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Rise in LGBTQ+ athletes proves sports culture is changing for the better

When star tennis player Billie Jean King was outed by her former lover Marilyn Barnett in the spring of 1981, King’s lawyer and press representative advised her to deny the truth. They feared that King being outed as a lesbian would harm her reputation, and issued a statement of denial; a statement which, according to King in her autobiography, “Billie Jean,” was issued without her consultation.

Only 48 hours after being outed, King decided to go against her lawyer’s wishes and held a press conference admitting to her relationship with Barnett.

“I said ‘I’m going to do it. I don’t care. This is important to me to tell the truth,’” King said in an interview with NBC News in 2017. “The one thing my mother always said, ‘To thine own self be true.’”

King had become of of the first prominent athletes to come out as gay. While she had many supporters on her side, King lost all of her endorsements in 24 hours. She didn’t know it at the time, but she was helping pave the way for hundreds

“I don’t want others to go through what I did,” King said. “Unless somebody’s ready, they shouldn’t be outed.”

King’s global reception in 1981 stands in stark contrast to athletes who publicly come out in 2021. More and more athletes feel comfortable being openly part of the LGBTQ+ community.

In a recent study published by Outsports called “Out In Sports Study: Out LGBTQ athletes report deep, widespread acceptance from teammates” by Cyd Zeigler and Jim Buzinski, the University of Winchester and the Sports Equality Foundation found that more than 95% of the athletes surveyed said their teammates’ responses to them coming out were overall “neutral” to “perfect.”

“I don’t think I could have experienced a better response for what I needed,” Kentucky Wesleyan College men’s soccer goalie, Thomas Roth, said to Outsports about coming out to his teammates in 2018. “They couldn’t have done any better. Camaraderie was always part of my team experience, and nothing about that changed at all.”

The widespread acceptance proves that there is much less discrimination today towards LGBTQ+ athletes than there was 40 years ago. This has allowed a record number of athletes to publicly come out.

At this year’s Tokyo Olympics, there were at least 185 publicly out gay, lesbian, bisexual, transgender, queer and nonbinary athletes, which is triple the number of who participated at the 2016 Rio Games, according to Outsports.

This increase in publicly out athletes is indicative of society’s growing acceptance of the LGBTQ+ community. Younger athletes who are nervous about coming out can now look up to many successful athletes and feel connected to them.

While so many athletes feel comfortable publicly coming out, there is still a lot of progress to be made in men’s sports. Of the 185 publicly out athletes, women outnumbered the men by about nine to one margin, according to Outsports.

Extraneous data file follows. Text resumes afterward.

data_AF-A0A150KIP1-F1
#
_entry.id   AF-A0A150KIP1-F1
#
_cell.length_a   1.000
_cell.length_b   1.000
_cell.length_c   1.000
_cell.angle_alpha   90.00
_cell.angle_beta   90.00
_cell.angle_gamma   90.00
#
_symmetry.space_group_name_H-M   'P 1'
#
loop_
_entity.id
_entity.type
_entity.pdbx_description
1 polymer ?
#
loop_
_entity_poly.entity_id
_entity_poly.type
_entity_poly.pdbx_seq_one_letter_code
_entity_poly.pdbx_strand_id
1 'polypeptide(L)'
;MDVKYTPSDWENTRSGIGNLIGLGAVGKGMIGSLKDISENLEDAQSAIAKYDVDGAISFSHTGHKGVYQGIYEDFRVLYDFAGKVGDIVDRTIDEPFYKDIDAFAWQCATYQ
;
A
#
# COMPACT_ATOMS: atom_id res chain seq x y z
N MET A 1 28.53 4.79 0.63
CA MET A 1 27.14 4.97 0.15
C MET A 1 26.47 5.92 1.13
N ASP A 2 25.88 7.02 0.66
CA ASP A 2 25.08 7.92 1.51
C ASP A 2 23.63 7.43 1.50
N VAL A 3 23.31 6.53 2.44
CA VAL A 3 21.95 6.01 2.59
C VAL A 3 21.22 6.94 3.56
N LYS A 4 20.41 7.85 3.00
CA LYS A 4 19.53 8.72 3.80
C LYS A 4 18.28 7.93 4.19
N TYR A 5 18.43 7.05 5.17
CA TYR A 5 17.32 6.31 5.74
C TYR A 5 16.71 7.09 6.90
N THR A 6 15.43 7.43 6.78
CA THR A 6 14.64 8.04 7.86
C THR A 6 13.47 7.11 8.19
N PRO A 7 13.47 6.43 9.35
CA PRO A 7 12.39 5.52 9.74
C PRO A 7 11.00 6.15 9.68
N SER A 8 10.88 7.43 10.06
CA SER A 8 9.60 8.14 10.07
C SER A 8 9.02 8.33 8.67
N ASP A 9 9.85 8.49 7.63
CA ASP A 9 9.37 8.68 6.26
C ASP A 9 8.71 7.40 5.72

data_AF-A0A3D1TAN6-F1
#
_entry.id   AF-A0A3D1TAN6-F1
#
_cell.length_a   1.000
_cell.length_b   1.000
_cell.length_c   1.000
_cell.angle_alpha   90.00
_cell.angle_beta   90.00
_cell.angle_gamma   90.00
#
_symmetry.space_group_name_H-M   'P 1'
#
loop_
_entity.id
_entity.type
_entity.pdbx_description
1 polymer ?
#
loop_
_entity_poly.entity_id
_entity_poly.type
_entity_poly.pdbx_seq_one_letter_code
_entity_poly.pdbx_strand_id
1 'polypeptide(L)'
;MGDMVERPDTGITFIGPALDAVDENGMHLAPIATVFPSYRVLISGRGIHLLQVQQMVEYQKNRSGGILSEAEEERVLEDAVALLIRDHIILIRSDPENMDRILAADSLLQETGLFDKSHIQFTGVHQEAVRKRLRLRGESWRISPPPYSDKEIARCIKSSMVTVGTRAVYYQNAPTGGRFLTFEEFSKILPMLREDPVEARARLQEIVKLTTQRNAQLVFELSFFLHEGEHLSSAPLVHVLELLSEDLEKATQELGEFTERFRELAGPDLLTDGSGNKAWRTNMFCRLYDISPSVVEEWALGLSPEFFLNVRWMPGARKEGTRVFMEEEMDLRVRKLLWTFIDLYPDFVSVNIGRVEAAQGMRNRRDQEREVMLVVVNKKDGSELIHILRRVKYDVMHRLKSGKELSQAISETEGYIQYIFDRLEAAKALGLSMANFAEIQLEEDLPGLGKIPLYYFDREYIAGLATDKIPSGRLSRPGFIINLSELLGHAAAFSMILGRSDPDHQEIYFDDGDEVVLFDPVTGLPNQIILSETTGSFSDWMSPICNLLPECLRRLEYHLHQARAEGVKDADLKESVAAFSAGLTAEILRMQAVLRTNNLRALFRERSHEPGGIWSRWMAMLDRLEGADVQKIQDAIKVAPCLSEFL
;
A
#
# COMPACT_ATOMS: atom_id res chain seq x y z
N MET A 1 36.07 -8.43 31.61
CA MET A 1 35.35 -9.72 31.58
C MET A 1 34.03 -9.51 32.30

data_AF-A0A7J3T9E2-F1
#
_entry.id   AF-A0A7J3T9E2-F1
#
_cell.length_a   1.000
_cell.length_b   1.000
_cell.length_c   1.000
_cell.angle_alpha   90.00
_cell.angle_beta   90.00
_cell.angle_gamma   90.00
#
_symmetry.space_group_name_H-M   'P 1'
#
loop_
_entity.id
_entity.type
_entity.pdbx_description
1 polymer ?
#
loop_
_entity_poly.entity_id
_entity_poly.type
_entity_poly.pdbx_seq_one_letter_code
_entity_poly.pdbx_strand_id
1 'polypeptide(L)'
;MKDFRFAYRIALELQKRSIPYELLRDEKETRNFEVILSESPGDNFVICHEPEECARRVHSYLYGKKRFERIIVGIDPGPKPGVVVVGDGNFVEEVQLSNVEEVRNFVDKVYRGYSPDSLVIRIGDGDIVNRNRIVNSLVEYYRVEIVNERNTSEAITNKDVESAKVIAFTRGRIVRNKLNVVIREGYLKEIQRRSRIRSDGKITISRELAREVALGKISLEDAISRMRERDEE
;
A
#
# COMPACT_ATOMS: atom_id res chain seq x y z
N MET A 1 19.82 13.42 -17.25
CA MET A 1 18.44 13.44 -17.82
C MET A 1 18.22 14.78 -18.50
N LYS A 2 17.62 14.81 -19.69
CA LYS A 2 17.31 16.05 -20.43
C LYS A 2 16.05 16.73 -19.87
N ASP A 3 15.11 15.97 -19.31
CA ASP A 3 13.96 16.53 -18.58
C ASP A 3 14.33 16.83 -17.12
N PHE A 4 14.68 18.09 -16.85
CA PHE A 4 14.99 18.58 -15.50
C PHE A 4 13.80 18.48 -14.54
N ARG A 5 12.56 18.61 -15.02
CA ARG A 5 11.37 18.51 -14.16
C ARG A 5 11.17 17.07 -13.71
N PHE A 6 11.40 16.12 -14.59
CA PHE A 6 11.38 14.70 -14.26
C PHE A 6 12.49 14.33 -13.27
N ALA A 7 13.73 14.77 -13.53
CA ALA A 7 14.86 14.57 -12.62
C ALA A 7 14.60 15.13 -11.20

“Being able to compete with the best in the world as my most authentic self at the biggest international multi-sport games shows how far we’ve come on inclusion in sport,” Canadian swimmer Markus Thormeyer said in an interview with Outsports. “I’m hoping that by competing at these games I can show the LGBTQ+ community that we do belong and we can achieve anything we put our minds to.”

In July 2021, Nashville Predators prospect Luke Prokop came out as gay in an Instagram post, becoming the first active player under an NHL contract to ever publicly acknowledge their sexuality. According to Outsports, Prokop’s coming out marks the first time a publicly out athlete from North America will play professionally in one of America’s big five men’s sports: baseball, basketball, football, hockey and soccer in the same year.

Cheryl Cooky, a professor of American Studies and Women’s, Gender, and Sexuality Studies at Purdue University believes the reason women athletes are more likely to come out than men athletes is because of key differences between the two cultures.

“For women, historically participating in sport has meant challenging gendered expectations and gendered norms and behaviors,” Cookey said in an interview with NPR. “Whereas for men, participating in sport is demonstrating and reaffirming and embodying all of those characteristics we expect of men.”

Male athletes might fear retribution by fans and teammates if they come out. Professional men’s sports have always been dubbed the “last closet” due to its hypermasculinity and lack of LGBTQ+ representation.

Even with a publicly out athlete in the big five sports, Cookey is not convinced that every male athlete will feel comfortable coming out publicly.

“It might be more of a trickle than an opening of the floodgates,” Cookey said.

The most recent pro athlete to publicly come out is MLB prospect, Kieran Lovegrove, who came out as bisexual in an interview with ESPN in September. Lovegrove joins Bryan Ruby as the only two publicly out LGBTQ+ players in professional baseball.

“Baseball is a game of statistics,” Lovegrove told ESPN. “And if you want to tell me that I’m the only queer person in baseball, I’m just not going to agree with you.”

Since there is less pressure to hide one’s sexuality, today’s athletes do not face the same adversity as King once did. King, now a gay rights activist, founded the Women’s Sports Foundation to fight for women’s rights and LGBTQ+ rights.

Although there is more progress to be made, today’s LGBTQ+ athletes enjoy a level of acceptance made possible by trailblazers in the sports world, who have shown the world it is ok to be yourself.

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